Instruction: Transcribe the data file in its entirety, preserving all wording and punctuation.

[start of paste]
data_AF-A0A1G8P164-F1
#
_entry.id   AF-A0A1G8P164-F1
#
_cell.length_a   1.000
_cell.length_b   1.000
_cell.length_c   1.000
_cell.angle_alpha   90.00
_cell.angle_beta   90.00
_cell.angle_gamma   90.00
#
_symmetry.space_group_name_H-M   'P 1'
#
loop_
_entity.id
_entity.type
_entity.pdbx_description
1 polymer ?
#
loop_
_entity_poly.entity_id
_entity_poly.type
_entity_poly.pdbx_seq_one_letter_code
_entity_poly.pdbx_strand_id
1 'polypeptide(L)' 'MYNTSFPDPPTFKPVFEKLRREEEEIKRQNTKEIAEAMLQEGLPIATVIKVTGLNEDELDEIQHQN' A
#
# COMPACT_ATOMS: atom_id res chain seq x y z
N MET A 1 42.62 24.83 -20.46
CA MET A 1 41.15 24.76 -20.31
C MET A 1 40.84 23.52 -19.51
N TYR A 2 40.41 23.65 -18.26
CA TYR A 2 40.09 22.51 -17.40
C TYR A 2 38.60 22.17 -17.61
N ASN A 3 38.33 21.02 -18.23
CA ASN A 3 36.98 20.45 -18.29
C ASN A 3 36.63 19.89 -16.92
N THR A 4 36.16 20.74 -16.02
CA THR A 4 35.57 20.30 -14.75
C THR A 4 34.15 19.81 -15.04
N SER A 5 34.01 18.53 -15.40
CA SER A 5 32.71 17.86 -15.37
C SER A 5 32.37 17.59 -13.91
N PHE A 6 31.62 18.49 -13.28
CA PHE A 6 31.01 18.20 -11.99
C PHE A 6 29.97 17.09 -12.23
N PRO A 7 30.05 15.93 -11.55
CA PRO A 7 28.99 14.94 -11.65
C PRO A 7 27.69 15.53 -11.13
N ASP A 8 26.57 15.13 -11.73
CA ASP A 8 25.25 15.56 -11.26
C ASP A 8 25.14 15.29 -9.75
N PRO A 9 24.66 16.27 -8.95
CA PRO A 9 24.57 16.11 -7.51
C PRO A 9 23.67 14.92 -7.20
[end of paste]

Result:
data_AF-A0A1G8P164-F1
#
_entry.id   AF-A0A1G8P164-F1
#
_cell.length_a   1.000
_cell.length_b   1.000
_cell.length_c   1.000
_cell.angle_alpha   90.00
_cell.angle_beta   90.00
_cell.angle_gamma   90.00
#
_symmetry.space_group_name_H-M   'P 1'
#
loop_
_entity.id
_entity.type
_entity.pdbx_description
1 polymer ?
#
loop_
_entity_poly.entity_id
_entity_poly.type
_entity_poly.pdbx_seq_one_letter_code
_entity_poly.pdbx_strand_id
1 'polypeptide(L)' 'MYNTSFPDPPTFKPVFEKLRREEEEIKRQNTKEIAEAMLQEGLPIATVIKVTGLNEDELDEIQHQN' A
#
# COMPACT_ATOMS: atom_id res chain seq x y z
N MET A 1 42.62 24.83 -20.46
CA MET A 1 41.15 24.76 -20.31
C MET A 1 40.84 23.52 -19.51
N TYR A 2 40.41 23.65 -18.26
CA TYR A 2 40.09 22.51 -17.40
C TYR A 2 38.60 22.17 -17.61
N ASN A 3 38.33 21.02 -18.23
CA ASN A 3 36.98 20.45 -18.29
C ASN A 3 36.63 19.89 -16.92
N THR A 4 36.16 20.74 -16.02
CA THR A 4 35.57 20.30 -14.75
C THR A 4 34.15 19.81 -15.04
N SER A 5 34.01 18.53 -15.40
CA SER A 5 32.71 17.86 -15.37
C SER A 5 32.37 17.59 -13.91
N PHE A 6 31.62 18.49 -13.28
CA PHE A 6 31.01 18.20 -11.99
C PHE A 6 29.97 17.09 -12.23
N PRO A 7 30.05 15.93 -11.55
CA PRO A 7 28.99 14.94 -11.65
C PRO A 7 27.69 15.53 -11.13
N ASP A 8 26.57 15.13 -11.73
CA ASP A 8 25.25 15.56 -11.26
C ASP A 8 25.14 15.29 -9.75
N PRO A 9 24.66 16.27 -8.95
CA PRO A 9 24.57 16.11 -7.51
C PRO A 9 23.67 14.92 -7.20